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  • Writer's pictureAkanksha Damini Joshi

It’s all in the Name, and ahem, the taste-led fame: Story of Aubergine

An old Indian vegetable.

In Sanskrit it is known as वार्ताका vartaka, but like most things in India, it also as many other ways of making itself be known : चित्रफला कण्टकिनी महती कट्फला मिश्रवर्णफला नीलफला रक्तफला शाकश्रठ वृतफला नृपप्रियालफला !

In Hindi, Baigan.

The English adapted the sound of Baigan to Brinjal.

Now it’s other more stylish name, #aubergine is where the history of our world reveals itself.

The word comes from, of course, the ‘high’ culture, French, 18th century. They get it from their bordering language, Catalan: albergina. Which, in turn, comes from their bordering Spain, berenjena and Portuguese, beringela.

Which - hold on tight, for we have some way to travel - comes from the Arabic, Al-badinjan. Who get it, closer home, from the Persian, Badenjan (baadenjaan) adding the Arabic ‘Al’ to it.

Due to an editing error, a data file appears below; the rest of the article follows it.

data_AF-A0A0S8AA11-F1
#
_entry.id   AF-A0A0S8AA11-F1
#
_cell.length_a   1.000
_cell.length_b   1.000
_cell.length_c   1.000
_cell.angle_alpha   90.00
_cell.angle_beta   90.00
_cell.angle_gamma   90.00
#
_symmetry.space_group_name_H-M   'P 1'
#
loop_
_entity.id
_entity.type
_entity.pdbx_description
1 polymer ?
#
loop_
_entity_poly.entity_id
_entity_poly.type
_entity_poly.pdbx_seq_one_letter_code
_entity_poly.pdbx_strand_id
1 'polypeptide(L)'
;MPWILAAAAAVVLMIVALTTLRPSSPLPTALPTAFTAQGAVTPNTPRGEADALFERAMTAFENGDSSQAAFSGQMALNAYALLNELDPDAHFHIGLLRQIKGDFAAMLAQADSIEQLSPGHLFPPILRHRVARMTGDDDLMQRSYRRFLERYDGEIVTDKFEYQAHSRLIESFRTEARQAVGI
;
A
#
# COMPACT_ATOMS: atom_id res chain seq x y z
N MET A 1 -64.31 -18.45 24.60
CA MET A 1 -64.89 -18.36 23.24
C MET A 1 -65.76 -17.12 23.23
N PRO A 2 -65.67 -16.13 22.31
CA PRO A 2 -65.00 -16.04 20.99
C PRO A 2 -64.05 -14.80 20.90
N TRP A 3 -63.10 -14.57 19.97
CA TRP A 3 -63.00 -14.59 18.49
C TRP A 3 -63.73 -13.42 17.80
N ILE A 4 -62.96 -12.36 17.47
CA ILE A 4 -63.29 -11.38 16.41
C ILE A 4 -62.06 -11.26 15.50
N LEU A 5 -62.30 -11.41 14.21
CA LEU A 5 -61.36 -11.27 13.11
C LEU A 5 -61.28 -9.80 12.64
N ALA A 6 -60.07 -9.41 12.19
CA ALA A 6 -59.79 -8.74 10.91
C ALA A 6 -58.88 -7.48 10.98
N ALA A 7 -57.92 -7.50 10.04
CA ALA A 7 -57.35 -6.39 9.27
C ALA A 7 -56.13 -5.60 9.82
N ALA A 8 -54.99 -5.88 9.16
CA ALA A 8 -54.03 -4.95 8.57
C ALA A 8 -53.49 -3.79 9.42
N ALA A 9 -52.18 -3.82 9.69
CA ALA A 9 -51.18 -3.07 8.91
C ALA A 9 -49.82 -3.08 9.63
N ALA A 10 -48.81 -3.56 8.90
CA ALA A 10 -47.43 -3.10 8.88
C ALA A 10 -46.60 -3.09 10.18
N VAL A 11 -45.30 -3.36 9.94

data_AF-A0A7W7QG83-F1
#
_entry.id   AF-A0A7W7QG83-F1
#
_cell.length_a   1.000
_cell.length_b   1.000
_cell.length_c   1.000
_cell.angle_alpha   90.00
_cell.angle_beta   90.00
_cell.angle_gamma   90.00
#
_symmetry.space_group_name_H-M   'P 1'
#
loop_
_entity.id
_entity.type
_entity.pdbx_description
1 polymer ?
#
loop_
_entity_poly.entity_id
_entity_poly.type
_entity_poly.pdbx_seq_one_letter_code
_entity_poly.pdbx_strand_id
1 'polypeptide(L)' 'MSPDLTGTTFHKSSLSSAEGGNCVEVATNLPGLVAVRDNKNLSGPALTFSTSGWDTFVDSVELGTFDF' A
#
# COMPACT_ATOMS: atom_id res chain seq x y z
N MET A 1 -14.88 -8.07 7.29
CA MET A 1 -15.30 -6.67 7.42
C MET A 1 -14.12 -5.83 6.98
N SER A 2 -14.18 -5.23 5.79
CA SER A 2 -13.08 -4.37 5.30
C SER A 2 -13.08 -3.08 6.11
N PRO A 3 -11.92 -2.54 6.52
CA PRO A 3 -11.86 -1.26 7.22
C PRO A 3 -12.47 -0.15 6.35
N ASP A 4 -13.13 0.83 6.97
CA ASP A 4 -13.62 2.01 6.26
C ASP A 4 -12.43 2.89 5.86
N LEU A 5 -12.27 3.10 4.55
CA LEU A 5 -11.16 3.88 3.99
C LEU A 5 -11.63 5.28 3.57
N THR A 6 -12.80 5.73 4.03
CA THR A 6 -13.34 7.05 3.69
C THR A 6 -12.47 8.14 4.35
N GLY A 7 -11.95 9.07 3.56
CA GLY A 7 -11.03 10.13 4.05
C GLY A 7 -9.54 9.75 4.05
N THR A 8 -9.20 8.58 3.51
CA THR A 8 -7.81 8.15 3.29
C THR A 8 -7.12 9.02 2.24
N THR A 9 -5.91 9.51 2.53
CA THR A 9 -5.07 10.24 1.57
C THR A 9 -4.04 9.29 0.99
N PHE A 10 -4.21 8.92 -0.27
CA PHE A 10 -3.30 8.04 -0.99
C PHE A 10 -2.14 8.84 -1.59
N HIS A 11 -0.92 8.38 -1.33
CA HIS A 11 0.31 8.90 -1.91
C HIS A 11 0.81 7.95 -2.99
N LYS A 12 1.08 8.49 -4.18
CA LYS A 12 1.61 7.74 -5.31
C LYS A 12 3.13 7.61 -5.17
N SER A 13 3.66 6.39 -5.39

The Persians of course get it from the mother country, India’s word which in Sanskrit is

vātigaṃgaṇa वातिगंगण

This may well come from an even older Munda word.

Encyclopaedia Iranica says Aubergine came to Iran from India. The Iranian sailors carried it to East Africa. It possibly reaches eastern Mediterranean lands via Arabs, after Arab conquest of Iran.

In Christian Western Europe, with the exception of parts of Spain/Italy which had been under Muslim rule, the eggplant only became known after Renaissance.

The ‘Au’-bergine may well be the French twist on the ‘Al’ the vegetable picked up in the Arab land!

The word वातिगंगण is also likely root of the Hindi Baigan from which comes the other English word, brinjal.

Then it’s also called, funnily, Egg-plant. Ever wondered why?!

Well. There are four varieties of this yummy veggie. One of them is oval and white! No the Brits were not the first to notice that.

अपरं श्वेतवृतांक कुक्कुटाण्डसंम् भवेत् ...

... the white one is like the egg of a hen.

Incidentally, the white baigan although less nutritious than the purple one, is stated as being helpful in bawaseer, hemorrhoids aka piles.

And with all this story masala: the histories, the journeys of our world, I head off to eat some Baigan ka Bharta aka the ancient भरित्र.

Savouring with each bite how a seed travels, how it becomes a word, how it’s made into a dish, woven into a story and how ... one day, it all loops back, where it belongs. In the deliciousness of Life itself! ☺️


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